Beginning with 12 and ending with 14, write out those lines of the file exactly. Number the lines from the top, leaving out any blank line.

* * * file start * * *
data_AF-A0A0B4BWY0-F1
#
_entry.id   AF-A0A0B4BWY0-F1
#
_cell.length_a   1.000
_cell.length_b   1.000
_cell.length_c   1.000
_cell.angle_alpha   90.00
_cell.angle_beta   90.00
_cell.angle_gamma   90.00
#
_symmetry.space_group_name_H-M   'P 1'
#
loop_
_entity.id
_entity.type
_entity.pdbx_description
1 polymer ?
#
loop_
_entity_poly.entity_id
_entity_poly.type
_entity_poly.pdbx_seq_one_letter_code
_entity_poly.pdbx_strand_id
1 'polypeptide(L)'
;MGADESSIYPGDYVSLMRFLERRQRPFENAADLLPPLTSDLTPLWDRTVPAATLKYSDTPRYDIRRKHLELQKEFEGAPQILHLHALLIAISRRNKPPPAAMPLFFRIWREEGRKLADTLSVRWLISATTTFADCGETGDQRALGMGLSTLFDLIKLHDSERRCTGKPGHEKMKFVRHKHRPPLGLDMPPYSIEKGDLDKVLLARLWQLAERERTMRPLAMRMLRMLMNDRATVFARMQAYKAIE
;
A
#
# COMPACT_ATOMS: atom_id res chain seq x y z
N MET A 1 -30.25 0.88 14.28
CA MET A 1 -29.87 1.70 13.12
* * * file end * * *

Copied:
_symmetry.space_group_name_H-M   'P 1'
#
loop_